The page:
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10 Clever Tricks to Help Prepare for Your Kid's Bedtime

mother reading to daughter before the kid’s bedtime

mother reading to daughter before kid’s bedtime

The life of a modern child is just as busy as their parents, with scheduled periods of school, activities, lessons, play, meals, and favorite television programs. Stack this on top of a child's natural well of energy, and it's no wonder children may have a hard time getting to sleep. From energetic toddlers to curious grade schoolers, it's not unusual for parents to find their kids wired, anxious, and not at all ready to drift off to sleep. Fortunately, you're not alone.

Parents all over the world deal with high energy before their kid’s bedtime. The good news is that the techniques to help are natural and will also help you to sleep. There are many ways to do it, but the key is a relaxing bedtime routine. Let's take a look at ten different methods parents have discovered that can help your child settle down for bedtime.

1. Play the Bedtime Song

The first thing you can quickly introduce is a bedtime song. Our minds naturally associate music with places and activities. TV theme songs, soft restaurant music, your morning radio show. And kids do the same thing. Try playing a specific relaxing song or album every single night at bedtime. You won't notice any difference at first, but over time, your kids will start to wind down naturally when they hear the song.

2. No-Screens Time

Watching TV tends to leave the mind spinning. So does playing video games and chatting online with friends. Whatever age your children are, try to encourage an hour or two or without screen time before bed. It is an excellent time to play a quiet family board game, wrap up a few nightly chores together, double-check homework, or take a bath.

3. Team Up With a Partner

If you're raising your kids with a partner, it helps to build a bedtime routine that both of you can perform or tag-team on to make sure it's done calmly every night. It's beneficial for several reasons. First, it means your kids can get to sleep if you're sick or away for the night. And second, it means you can tag-team on stressful nights or even hand off the routine if one of you is too stressed to be a good bedtime parent. Kids can pick up on stress, also, and can worry if you are too tense at bedtime. So, teaming up with a partner makes bedtime parenting easier.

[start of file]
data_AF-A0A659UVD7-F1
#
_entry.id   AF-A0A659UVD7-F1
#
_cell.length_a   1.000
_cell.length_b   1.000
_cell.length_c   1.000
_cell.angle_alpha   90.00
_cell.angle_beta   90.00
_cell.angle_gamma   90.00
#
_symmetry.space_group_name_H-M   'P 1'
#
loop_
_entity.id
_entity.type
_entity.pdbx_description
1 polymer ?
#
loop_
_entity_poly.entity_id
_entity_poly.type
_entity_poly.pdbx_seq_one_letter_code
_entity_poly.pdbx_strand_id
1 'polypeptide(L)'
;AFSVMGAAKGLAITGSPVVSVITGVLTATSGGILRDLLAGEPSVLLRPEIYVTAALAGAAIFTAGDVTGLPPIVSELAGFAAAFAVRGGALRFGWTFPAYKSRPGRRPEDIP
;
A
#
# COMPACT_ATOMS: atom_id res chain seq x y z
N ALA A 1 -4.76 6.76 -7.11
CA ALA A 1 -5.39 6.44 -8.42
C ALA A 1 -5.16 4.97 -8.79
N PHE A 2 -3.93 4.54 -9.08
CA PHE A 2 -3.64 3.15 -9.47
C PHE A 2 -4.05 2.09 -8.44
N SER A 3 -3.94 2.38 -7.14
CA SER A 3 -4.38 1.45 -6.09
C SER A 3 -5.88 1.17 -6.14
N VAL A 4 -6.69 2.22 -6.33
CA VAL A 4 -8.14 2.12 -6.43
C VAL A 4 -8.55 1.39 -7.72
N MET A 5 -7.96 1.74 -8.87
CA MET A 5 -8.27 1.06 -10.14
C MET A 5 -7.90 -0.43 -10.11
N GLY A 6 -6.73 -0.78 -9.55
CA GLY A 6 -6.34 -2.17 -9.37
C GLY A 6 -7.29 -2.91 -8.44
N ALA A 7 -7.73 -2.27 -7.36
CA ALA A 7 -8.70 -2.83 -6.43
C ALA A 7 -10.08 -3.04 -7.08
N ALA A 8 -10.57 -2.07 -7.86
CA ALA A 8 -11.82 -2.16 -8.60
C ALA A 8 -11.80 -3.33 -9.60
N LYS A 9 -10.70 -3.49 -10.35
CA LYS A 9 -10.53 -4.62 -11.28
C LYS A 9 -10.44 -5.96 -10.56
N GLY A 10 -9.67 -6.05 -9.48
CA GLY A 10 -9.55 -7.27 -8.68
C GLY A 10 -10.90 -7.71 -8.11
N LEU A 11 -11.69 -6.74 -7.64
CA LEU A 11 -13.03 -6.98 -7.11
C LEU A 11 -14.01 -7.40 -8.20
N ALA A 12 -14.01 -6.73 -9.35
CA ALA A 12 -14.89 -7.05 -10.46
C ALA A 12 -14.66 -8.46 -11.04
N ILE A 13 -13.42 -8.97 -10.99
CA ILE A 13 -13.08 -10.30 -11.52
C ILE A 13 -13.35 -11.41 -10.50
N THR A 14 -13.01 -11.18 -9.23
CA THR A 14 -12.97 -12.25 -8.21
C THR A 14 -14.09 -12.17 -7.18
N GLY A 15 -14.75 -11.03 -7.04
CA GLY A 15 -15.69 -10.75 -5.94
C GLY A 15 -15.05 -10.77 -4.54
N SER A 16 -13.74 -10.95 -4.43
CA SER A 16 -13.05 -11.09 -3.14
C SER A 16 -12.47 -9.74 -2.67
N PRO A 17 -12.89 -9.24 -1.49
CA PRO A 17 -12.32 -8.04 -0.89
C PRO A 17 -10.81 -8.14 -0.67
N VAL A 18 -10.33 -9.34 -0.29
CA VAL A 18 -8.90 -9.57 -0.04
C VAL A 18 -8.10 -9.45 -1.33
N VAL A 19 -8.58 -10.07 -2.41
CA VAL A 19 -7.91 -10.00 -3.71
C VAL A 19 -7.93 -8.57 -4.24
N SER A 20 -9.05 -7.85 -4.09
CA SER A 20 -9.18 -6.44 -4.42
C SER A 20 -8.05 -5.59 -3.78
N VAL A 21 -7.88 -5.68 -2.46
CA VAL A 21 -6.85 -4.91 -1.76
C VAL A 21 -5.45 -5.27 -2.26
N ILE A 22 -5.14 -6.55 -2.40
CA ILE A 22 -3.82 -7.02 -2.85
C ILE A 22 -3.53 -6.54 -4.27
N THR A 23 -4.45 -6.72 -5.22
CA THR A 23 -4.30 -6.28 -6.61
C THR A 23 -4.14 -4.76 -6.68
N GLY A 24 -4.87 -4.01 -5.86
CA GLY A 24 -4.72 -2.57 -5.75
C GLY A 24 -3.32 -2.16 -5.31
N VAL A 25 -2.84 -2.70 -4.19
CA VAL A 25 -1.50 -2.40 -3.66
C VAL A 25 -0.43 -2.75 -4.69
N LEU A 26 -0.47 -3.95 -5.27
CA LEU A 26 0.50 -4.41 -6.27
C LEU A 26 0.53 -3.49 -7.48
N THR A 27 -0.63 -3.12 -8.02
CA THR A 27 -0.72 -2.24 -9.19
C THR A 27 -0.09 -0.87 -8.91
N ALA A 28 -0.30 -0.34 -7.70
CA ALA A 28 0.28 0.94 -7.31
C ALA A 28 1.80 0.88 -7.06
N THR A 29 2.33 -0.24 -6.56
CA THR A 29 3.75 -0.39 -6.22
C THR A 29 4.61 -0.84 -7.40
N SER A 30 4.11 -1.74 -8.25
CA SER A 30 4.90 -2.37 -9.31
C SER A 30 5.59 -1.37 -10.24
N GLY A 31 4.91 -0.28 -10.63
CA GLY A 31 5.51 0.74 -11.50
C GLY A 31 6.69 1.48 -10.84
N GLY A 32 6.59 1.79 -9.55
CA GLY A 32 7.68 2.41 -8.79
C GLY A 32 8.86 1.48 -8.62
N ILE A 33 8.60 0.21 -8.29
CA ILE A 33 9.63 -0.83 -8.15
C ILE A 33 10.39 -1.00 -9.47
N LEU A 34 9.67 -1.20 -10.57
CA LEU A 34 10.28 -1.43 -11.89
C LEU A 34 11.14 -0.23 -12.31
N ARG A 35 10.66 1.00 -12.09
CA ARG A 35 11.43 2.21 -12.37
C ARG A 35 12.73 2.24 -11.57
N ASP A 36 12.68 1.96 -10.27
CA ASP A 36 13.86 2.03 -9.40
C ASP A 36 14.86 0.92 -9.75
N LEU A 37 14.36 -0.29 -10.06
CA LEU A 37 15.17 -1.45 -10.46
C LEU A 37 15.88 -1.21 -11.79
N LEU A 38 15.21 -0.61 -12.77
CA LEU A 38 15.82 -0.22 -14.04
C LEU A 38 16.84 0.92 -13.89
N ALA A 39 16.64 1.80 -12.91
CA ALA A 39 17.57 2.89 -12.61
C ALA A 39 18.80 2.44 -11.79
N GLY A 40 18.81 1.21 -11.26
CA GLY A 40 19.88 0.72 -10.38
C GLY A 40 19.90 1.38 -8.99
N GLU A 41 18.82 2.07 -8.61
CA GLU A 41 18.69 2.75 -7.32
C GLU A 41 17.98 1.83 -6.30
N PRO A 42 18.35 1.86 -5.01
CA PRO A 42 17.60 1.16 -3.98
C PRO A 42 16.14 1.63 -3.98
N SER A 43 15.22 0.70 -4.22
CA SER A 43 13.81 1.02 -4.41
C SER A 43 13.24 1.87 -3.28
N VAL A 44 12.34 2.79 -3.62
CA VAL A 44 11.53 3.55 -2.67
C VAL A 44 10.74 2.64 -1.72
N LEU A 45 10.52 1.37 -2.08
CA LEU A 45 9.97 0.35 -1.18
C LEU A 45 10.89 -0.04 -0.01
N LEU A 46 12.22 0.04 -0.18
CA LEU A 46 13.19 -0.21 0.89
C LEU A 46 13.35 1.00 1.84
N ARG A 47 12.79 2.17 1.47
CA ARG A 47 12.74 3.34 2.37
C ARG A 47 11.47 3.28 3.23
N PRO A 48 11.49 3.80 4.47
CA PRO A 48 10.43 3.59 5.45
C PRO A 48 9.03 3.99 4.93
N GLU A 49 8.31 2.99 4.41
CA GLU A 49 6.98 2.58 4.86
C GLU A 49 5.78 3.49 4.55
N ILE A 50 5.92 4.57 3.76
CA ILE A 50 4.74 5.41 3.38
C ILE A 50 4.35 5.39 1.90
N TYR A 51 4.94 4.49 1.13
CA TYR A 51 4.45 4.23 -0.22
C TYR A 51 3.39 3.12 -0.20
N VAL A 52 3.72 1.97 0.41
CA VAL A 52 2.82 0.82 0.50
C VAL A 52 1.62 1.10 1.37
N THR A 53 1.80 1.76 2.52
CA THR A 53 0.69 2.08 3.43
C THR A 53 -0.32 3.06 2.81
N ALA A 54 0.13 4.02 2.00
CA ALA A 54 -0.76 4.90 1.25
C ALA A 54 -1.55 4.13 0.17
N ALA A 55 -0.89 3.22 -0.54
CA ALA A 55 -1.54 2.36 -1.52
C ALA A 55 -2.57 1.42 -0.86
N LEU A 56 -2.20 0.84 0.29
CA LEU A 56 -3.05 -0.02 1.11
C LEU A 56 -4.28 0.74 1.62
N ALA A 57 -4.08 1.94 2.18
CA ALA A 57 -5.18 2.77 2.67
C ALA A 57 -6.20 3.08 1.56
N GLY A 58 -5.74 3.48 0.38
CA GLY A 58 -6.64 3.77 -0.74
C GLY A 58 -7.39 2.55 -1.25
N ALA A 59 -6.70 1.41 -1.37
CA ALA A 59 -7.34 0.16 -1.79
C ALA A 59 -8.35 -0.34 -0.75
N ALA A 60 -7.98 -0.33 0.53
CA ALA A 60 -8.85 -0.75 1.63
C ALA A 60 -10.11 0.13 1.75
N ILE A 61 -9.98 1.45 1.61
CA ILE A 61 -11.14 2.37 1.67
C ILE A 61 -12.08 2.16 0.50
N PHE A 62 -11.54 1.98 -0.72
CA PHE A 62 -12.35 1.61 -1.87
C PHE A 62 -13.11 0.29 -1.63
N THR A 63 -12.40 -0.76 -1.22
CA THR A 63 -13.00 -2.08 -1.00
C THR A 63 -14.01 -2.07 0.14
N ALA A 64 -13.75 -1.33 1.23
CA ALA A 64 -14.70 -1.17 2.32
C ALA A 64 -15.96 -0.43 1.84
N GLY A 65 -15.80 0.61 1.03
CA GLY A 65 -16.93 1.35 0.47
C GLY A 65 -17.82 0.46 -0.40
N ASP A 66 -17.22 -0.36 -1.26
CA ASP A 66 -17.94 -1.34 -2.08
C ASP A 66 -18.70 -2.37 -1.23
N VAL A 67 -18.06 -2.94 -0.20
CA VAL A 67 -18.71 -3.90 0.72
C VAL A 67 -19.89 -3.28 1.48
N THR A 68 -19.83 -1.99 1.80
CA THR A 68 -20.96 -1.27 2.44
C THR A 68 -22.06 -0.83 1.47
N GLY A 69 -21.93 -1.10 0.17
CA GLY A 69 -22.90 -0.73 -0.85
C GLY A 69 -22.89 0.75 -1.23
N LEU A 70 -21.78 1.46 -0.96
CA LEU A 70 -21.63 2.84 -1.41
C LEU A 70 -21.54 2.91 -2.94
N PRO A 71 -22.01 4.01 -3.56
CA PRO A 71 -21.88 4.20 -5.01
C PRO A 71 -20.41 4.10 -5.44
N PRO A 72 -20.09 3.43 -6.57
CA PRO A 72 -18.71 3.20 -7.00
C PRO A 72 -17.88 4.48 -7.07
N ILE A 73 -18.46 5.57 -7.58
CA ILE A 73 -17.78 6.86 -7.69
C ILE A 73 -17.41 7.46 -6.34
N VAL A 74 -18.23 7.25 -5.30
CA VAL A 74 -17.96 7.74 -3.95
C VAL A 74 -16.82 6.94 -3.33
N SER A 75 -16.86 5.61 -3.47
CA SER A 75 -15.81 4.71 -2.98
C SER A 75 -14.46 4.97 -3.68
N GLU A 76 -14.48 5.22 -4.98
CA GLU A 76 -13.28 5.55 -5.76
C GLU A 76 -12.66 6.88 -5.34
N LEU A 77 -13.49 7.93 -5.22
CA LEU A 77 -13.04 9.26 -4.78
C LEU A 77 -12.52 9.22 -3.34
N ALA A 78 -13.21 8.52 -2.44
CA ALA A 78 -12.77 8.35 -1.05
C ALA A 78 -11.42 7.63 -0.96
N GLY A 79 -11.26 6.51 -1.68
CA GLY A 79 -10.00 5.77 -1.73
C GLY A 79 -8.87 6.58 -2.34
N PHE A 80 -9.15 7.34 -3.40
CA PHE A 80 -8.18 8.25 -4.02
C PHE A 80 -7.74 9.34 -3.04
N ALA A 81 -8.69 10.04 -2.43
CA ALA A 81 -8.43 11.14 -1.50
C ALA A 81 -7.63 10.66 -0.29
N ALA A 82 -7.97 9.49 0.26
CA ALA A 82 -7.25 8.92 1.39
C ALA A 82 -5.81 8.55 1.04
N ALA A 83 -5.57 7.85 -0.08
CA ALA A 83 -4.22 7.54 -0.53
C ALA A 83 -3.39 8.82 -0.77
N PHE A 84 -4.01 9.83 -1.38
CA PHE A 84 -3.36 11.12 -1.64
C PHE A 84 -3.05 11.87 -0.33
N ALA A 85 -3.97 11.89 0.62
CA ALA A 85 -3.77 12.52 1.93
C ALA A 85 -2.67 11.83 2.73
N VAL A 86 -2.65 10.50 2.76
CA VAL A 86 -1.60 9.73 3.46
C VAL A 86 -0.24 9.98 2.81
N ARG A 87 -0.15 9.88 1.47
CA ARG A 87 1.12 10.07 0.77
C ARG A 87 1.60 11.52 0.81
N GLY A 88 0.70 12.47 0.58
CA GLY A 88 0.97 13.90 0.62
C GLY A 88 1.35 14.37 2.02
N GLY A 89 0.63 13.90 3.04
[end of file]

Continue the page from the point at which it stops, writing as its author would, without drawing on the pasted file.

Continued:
4. Eat a Soothing Bedtime Snack

Proper nutrition for parents and kids can be quite different. Adults shouldn't eat before bed, because unburned calories turn to fat. But children are small and going to bed hungry can be surprisingly distracting for them. A small snack about 30 minutes or more before bed can help your kids settle down and feel ready for bedtime.

Your best bet is a soothing snack that will digest comfortably overnight. Banana and graham cracker, for example, or a small bowl of plain cheerios are great examples of a little tasty bedtime snack. If your child begs for sweets, chilled jello or homemade pudding are good alternatives to ice cream or candy. And, of course, make sure snacks happen on the right side of tooth brushing.

5. Read a Calm Bedtime Story

Bedtime stories are a classic technique for a reason. Children love to listen to stories, and it gives parents a reason to sit with their child until they are almost asleep. But make sure to choose a relaxing bedtime book. Harry Potter and other chapter books for kids are often too exciting to go to sleep. Try older books like Little House on the Prairie or books explicitly written to be bedtime books.

If your child still wants to talk when the chapter is over, talk about what you just read. Reflect on what you learned in the chapter and ask what they suspect might happen next. Encourage them to consider it while they sleep and look forward to bedtime tomorrow to find out. It will give your child something pleasant to think about as they drift to sleep.